AF: What inspires you/impresses you about their music?
KL: Beyond the music itself, I just love the concept of A Tribe Called Red and the questions and ideas the group puts in front of audiences. We live in a culture where it’s still socially acceptable to portray Native American culture in demeaning, stereotypical ways and I believe that needs to change immediately.
Native American and First Nation people are rarely in control of how they are portrayed in popular culture. I love how A Tribe Called Red are aggressively reversing that unfortunate trend and creating this confrontational music that challenges listeners to rethink all these tired stereotypes of Native People.
I’m really attracted towards music movements that are built around empowerment – whether that’s Rastafarian roots reggae, Riot Girl punk rock, or Fela Kuti style afrobeat. I just naturally gravitate towards those sorts of things, and I think A Tribe Called Red have created an important, necessary musical movement for their culture. I love artists who mix volatile music with volatile idea – like MIA, The Clash or Public Enemy. For me A Tribe Called Red fall right in line with that tradition.
AF: Besides your own performance and seeing A Tribe Called Red again, what else can we look forward to about this party?
KL: I’m really excited that DJ Little Town aka Jessica Hemesath will also be spinning at this event. Little Town is an emerging new artist in the Indianapolis electronic music scene. She very recently turned 21, so she’s just now getting the opportunity to get out and spin in clubs. There are some areas where my sound and Little Town’s overlap; Jessica’s has some Brazilian influence from her family and you’ll hear her dropping some classic Baile Funk cuts in her mixes. That’s really cool for me, as what I do is pretty far removed from what most of the other DJs in the scene here are doing – so I’m really stoked to see Little Town on the bill with A Tribe Called Red and myself.
This event is sure to be an unforgettable experience and we hope to see you all there!
Download their self-titled debut album here for FREE!
More Info: Eiteljorg press release
EITELJORG TO AWARD $25,000, EXHIBIT TO FIVE CONTEMPORARY NATIVE ARTISTS
Special show, opening Nov. 9, defies stereotypes about Native art
(INDIANAPOLIS) – Imagine walking into an American Indian museum and seeing a totem pole sawed into pieces and scattered across the floor. That kind of statement-making Native artwork – that clashes with tradition and confronts stereotypes – will be on display beginning Saturday, Nov. 9 2013, when the Eiteljorg Museum of American Indians and Western art opens RED: The Eiteljorg Contemporary Art Fellowship.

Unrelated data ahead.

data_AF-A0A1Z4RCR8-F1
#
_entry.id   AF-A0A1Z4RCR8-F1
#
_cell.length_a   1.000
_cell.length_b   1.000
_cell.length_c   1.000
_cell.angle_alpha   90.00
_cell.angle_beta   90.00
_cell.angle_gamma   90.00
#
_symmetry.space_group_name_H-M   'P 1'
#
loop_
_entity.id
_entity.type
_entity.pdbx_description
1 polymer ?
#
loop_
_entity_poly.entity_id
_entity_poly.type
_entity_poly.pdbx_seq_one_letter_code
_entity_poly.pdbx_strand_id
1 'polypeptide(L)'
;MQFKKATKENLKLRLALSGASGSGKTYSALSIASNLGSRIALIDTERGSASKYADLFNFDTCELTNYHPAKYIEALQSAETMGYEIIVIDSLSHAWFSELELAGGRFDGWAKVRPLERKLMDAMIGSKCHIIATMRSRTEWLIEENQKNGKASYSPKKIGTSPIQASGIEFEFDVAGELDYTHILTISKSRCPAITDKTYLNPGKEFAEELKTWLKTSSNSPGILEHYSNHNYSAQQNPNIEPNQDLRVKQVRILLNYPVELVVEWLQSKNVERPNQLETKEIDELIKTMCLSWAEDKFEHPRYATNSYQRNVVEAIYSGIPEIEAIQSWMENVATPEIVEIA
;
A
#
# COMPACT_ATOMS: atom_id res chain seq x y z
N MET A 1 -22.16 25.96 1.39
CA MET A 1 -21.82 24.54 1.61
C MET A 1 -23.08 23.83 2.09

RED will feature five Fellows whose paintings, drawings, photography, sculpture and installation art exemplify the highest standards of artistic excellence in the field of contemporary art.
Invited Artist, Lawrence Paul Yuxweluptun (Coast Salish/Okanagan) is a Canadian painter known for his large-scale works that encompass political and social issues.
The work of Minneapolis-based mixed media artist, Julie Buffalohead (Ponca Tribe of Oklahoma) challenges commonly held social conventions in the theater of the backyard, bathroom and ambiguous landscape where animals play dress up, attend tea parties, and go diving in baby pools. Buffalohead’s narratives at first look are charming only to find she turns the world upside down.
Nicholas Galanin (Tlingit/Aleut) is a Sitka, Alaska-based concept-driven artist who uses indigenous technologies and global materials when exploring his unpredictable installation ideas. In his large-scale work, I Think it Goes Like This?, Galanin takes a traditional-looking totem pole and deconstructs it to create a puzzle-like installation.
Shan Goshorn (Eastern Band of Cherokee) uses traditional Cherokee basketry to bring awareness to contemporary Native issues. She builds her baskets out of paper on which she’s printed the text of treaties between Cherokee people and the U.S, maps that mark out land once owned by the Cherokee and even lists of athletic teams that use Indian names.
Meryl McMaster (Plains Cree/Blackfoot) is a young artist from Ottawa, Ontario, whose photography shows a maturity in its reinterpretation of the idea of portraiture. She combines exploration of race and social issues into her unique photography using sculpture and installation.
Eiteljorg Fellows receive a $25,000 unrestricted grant, are featured in a catalog and exhibition and the museum purchases works of art for the permanent contemporary collection. More than 100 works from this year’s Fellowship class will be on exhibit until Feb. 2, 2014.
“These artists represent unique cultural and personal backgrounds, and their artwork reflects the diversity of Native artists in North America,” said Eiteljorg contemporary art curator Jennifer Complo-McNutt. “As an exhibition, RED is a platform for exploring the work of artists who take pride in their cultures and express strength in the knowledge that has been passed down from their ancestors.”
To date, the Eiteljorg Fellowship has honored 40 contemporary Native artists, totaling nearly $1,125,000 in cash awards and purchases for the permanent collection.
OPENING WEEKEND SCHEDULE
Friday, Nov. 8
5:30 p.m. – 7:30 p.m.
Awards reception honoring 2013 Fellows
Friday, Nov. 8
8 p.m. – Midnight
Contemporary Arts Party!
Event features DJ crew A Tribe Called Red and sketch comedy group the 1491s
Saturday, Nov. 9
10 a.m. – Noon
2013 Fellows Gallery Talks
Tour the special exhibit gallery with the new Fellowship class
Saturday, Nov. 9
1p.m. – 3p.m.
New Native Speak: the 1491s present Social Smallpox
Native American comedy sketch group performs at the Eiteljorg. They are known for bringing Native awareness and humor to a wide, mainstream audience.
About the Eiteljorg Museum
The Eiteljorg Museum seeks to inspire an appreciation and understanding of the art, history and cultures of the American West and the indigenous peoples of North America. The museum is located in Downtown Indianapolis’ White River State Park, at 500 West Washington, Indianapolis, IN 46204. For general information about the museum and to learn more about exhibits and events, call (317) 636-WEST (9378) or visit www.eiteljorg.org.